On the topic of End-user Town Hall meeting, are you guys really think that taking your grievances from such closed meetings to vendors through SNIA helps? Security weaknesses in products didn't get addressed by vendors until they were made public.

Special-purpose appliances: End-users seem to be more interested in products that can do one thing very well than try to solve all their problems half-ass. Whether they are unification, performance, security or vertical-specific solutions, end-users didn't seem too concerned about having special-purpose appliances in their data center. Introducing delays in data path is still a concern but it is no longer a hurdle as long as a major pain point is resolved for the customer.

Another related mindset change was end-users willingness to buy from startups. In my discussions with end-users except for few very conservative shops, it wasn't uncommon for their data centers to already have or under evaluation products from startups. This is a welcoming change from couple of years ago when end-users were only willing to buy from large established vendors. Such conservative attitudes do nothing more than slowing innovation and creating barriers for real solutions to alleviate the pain points.

Clustered and grid storage: This is a shift from earlier trend of scale-up. No longer end-users are demanding a larger capacity and higher performing version of a product. Instead they are looking for product that can scale out as their requirements change without a need for replacing existing solution. Performance scalability through clustered storage is no longer confined to high performance computing (HPC) market. It started making significant inroads with vertical-specific applications and now moving in to main stream for resource intensive applications like data mining.

The success of Google with scale-out architecture using commodity hardware is also making end-users wonder why can't they leverage the same in their environment leading to increased interest in grid storage that can adapt to changing workloads, dynamic environment and provide single view of storage.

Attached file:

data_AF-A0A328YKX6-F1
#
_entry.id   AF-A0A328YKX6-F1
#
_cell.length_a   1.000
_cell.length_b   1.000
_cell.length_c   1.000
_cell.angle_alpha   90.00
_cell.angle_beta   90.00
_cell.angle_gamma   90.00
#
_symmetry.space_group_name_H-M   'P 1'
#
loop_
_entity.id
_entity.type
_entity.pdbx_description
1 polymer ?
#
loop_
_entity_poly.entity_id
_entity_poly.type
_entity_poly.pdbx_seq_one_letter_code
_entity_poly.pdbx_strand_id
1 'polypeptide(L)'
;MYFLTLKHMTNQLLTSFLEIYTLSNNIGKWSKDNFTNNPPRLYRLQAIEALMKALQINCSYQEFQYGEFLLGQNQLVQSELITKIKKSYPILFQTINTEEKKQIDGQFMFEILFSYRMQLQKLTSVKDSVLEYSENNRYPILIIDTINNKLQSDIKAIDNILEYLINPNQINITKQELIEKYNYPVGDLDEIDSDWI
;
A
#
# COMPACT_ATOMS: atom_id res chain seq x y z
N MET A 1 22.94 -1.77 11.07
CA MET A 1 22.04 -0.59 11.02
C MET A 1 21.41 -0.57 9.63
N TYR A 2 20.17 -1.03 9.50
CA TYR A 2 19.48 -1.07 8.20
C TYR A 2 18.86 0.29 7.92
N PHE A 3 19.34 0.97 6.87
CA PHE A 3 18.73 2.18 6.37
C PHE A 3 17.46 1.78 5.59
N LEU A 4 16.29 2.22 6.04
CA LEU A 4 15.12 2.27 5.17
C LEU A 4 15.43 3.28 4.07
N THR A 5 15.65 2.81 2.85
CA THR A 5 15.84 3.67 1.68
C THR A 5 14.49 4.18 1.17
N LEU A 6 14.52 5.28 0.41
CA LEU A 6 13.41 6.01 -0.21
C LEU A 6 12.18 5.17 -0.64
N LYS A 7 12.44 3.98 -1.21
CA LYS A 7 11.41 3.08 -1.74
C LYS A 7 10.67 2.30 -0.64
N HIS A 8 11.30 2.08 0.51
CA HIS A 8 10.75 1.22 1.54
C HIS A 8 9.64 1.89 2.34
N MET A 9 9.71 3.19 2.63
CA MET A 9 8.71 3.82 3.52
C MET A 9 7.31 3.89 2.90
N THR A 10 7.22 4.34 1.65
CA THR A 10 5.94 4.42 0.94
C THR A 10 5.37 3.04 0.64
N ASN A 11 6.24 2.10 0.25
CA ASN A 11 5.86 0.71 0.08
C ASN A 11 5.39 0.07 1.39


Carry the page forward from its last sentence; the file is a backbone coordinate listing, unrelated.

There could be another theme with data classification at SNW. But I didn't see anything that stood out, same old policy-driven stuff, nothing intelligent, with limited end-user interest.

Of course, you may disagree with the above themes so let's hear your thoughts. An IBM person with whom I shared cab to the airport thought the main theme was Storage Virtualization.

Go figure!

Thursday, April 19, 2007

Readers Sentiment on Storage Blogging

Mark wrote a retort to ex-bloggers who quit because of lack of readers, as I mentioned in my previous blog post after talking to few ex-bloggers at SNW.

In my opinion, most storage ex-bloggers tried to write for somebody else rather than for themselves. What they failed to do was to treat the readers, however few, as peers and build relationship. They just wanted to sell or show off something to their readers.

I firmly believe page hits, clicks, links and the number of readers don't count for much. What matters most is the level of interaction with readers, not only online through blog comments but also offline through emails, phone calls and face to face encounters. Differences of opinion doesn't matter, take solace in the fact that at least readers felt comfortable enough to share their opinions and express differences.

Even though directed at companies, The Cluetrain Manifesto gives advise that every storage blogger should heed:
Can you put yourself out there: say what you think in your voice, present who you really are, show what you really care about? Do you have any genuine passion to share? Can you deal with such honesty? Such exposure?